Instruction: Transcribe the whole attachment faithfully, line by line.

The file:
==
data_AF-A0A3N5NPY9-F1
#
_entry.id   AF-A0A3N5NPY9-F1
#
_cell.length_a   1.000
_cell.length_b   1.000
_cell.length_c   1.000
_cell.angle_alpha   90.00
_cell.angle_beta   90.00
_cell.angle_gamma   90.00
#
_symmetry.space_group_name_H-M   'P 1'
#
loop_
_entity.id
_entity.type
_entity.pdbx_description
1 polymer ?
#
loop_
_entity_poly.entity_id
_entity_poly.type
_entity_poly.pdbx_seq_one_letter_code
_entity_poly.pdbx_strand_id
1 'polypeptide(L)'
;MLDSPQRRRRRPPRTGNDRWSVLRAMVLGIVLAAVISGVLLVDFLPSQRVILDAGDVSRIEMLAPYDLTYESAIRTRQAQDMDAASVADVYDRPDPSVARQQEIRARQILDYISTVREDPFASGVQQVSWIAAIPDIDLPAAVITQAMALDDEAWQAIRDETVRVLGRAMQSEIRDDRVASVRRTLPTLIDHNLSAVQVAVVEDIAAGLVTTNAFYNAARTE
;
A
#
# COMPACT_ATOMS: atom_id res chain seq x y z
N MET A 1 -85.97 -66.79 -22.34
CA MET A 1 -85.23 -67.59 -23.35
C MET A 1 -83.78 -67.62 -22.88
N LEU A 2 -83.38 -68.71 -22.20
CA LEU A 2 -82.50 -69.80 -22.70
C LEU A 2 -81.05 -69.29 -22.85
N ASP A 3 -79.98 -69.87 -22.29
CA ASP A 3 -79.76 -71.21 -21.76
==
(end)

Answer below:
data_AF-A0A3N5NPY9-F1
#
_entry.id   AF-A0A3N5NPY9-F1
#
_cell.length_a   1.000
_cell.length_b   1.000
_cell.length_c   1.000
_cell.angle_alpha   90.00
_cell.angle_beta   90.00
_cell.angle_gamma   90.00
#
_symmetry.space_group_name_H-M   'P 1'
#
loop_
_entity.id
_entity.type
_entity.pdbx_description
1 polymer ?
#
loop_
_entity_poly.entity_id
_entity_poly.type
_entity_poly.pdbx_seq_one_letter_code
_entity_poly.pdbx_strand_id
1 'polypeptide(L)'
;MLDSPQRRRRRPPRTGNDRWSVLRAMVLGIVLAAVISGVLLVDFLPSQRVILDAGDVSRIEMLAPYDLTYESAIRTRQAQDMDAASVADVYDRPDPSVARQQEIRARQILDYISTVREDPFASGVQQVSWIAAIPDIDLPAAVITQAMALDDEAWQAIRDETVRVLGRAMQSEIRDDRVASVRRTLPTLIDHNLSAVQVAVVEDIAAGLVTTNAFYNAARTE
;
A
#
# COMPACT_ATOMS: atom_id res chain seq x y z
N MET A 1 -85.97 -66.79 -22.34
CA MET A 1 -85.23 -67.59 -23.35
C MET A 1 -83.78 -67.62 -22.88
N LEU A 2 -83.38 -68.71 -22.20
CA LEU A 2 -82.50 -69.80 -22.70
C LEU A 2 -81.05 -69.29 -22.85
N ASP A 3 -79.98 -69.87 -22.29
CA ASP A 3 -79.76 -71.21 -21.76